Wednesday, June 22, 2011
The Flap Over Disney’s “Dumbo”
Disney's Fourth Animated Feature - 1941
When I was a little girl, my parents put up wallpaper in my room. It was decorated with characters from Disney films. As I think back on that wallpaper, the image of one character in particular jumps out at me: Dumbo. Actually, I should say it’s the image of two characters—the lovable baby elephant and his best buddy, Timothy the mouse. I have no memory of my first viewing of Dumbo, but I know that as an adult, I can only watch it every few years; it takes me a while to recover from the emotional strain.
I guess I’m not supposed to take the film so seriously, but let’s face it: Dumbo is insanely adorable. The central character of Disney’s fourth full-length cartoon is way cuter and more helpless than his predecessors in Snow White, Pinocchio, and Fantasia. Granted, those dwarves are charming, and like Dumbo, Pinocchio is an unhappy child (albeit a wooden one). But the talking puppet can, at least, talk. Poor Dumbo is not only mocked for his overlarge ears, he’s also mute, so he can’t even speak up for himself. His emotions are expressed entirely through his body language, his facial expressions, and the large tears that flow down his face in several scenes.
“Baby Mine” sequence (so called because of the lullaby that plays as Mrs. Jumbo caresses and rocks Dumbo with her trunk through the bars of her cell) is probably the scene folks remember most fondly from the film. Another highlight is, of course, “Pink Elephants on Parade,” a four-minute explosion of weirdness depicting the hallucinations Timothy and Dumbo experience after accidentally drinking water spiked with champagne. This scene may be evidence of widespread pot smoking among Disney’s animators, as are several parts of The Three Caballeros.
Then there’s “When I See An Elephant Fly,” the song performed by a chorus of crows as Timothy attempts to teach Dumbo to use his large, wing-like ears to soar above the petty world that pulls him down. I remember being taken aback when a high school teacher I admired told me she would never allow her daughter to watch Dumbo because of the way in which this scene perpetuates racist stereotypes. This woman was, like my mother, a black woman born in the 1940s; indeed, she and my mom are the same age. Yet it had never occurred to my parents to shield me from Dumbo; I don’t think they ever even noticed the elements that caused my teacher (and others) such offense—or, if they did, they didn’t think that I would notice them … and they were right.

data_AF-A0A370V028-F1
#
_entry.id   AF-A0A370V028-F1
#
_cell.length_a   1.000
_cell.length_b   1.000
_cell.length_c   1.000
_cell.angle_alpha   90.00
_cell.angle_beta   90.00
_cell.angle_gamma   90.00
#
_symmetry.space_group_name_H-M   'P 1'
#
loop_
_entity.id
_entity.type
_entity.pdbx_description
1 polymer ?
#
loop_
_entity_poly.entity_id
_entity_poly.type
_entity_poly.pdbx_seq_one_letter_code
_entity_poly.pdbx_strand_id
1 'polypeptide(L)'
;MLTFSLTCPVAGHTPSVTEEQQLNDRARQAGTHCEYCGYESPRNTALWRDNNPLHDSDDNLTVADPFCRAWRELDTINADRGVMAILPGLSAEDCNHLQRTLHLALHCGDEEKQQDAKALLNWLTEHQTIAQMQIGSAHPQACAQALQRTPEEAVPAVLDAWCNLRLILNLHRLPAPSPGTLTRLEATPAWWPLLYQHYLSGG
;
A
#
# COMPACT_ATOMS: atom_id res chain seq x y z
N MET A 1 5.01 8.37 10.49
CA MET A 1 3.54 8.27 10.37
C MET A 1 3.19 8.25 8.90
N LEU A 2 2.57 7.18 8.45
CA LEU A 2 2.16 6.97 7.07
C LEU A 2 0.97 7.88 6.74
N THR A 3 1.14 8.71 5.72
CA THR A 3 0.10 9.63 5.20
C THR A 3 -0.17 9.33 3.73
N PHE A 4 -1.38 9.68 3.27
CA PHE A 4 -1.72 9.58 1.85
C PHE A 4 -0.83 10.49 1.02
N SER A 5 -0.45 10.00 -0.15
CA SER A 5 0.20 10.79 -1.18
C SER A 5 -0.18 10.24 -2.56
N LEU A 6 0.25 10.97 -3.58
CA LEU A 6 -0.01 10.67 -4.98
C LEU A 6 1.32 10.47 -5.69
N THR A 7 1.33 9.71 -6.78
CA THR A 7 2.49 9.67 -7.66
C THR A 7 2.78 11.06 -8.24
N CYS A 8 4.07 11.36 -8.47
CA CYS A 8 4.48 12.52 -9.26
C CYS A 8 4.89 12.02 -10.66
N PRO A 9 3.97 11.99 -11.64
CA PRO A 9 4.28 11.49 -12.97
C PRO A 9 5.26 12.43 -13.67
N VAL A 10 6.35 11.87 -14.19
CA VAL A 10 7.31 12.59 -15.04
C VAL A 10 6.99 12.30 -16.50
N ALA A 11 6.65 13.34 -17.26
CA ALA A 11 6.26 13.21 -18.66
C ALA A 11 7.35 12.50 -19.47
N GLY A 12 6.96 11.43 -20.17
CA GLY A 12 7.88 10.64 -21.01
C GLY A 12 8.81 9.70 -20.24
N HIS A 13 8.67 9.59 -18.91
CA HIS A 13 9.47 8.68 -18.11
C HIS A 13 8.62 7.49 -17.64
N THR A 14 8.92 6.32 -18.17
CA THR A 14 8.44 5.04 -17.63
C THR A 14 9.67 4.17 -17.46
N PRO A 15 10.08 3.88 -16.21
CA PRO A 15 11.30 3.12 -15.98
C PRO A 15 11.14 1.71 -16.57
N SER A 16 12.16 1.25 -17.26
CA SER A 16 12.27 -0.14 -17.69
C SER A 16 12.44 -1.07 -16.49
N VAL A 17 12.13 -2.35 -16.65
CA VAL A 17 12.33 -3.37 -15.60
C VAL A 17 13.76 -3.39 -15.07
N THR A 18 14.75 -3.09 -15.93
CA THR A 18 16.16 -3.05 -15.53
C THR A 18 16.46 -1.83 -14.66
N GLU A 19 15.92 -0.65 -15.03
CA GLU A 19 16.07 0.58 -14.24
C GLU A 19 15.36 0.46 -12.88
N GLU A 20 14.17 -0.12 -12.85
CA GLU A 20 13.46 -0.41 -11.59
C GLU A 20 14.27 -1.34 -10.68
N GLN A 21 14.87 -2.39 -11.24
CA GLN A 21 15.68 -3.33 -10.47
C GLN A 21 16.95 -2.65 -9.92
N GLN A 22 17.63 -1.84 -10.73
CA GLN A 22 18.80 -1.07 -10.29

When my mother was growing up, she watched The Amos n’ Andy Show on TV and found it hilarious. Unlike the original radio program, the television version actually used African-American actors, but this didn’t keep the NAACP from protesting it constantly until its cancellation. My mom—just a little girl at the time—saw the characters as hapless everymen getting into funny situations (like, say, Ralph Kramden and Ed Norton), not as representations of an entire racial group. White people may have seen them that way, but that wasn’t her problem. One can say, well, she didn’t know any better … but who, exactly, was more ignorant in this scenario?
Regina Robbins is a theater and film artist. She has worked with several New York City stage companies, including Manhattan Theatre Source, the Looking Glass Theatre, UTC #61, and the Directors Company, and her films have been screened at venues in Los Angeles, Berkeley, Chicago, Asheville, and NYC. She also teaches kids how to write and perform, and is a four-time champion on the game show Jeopardy!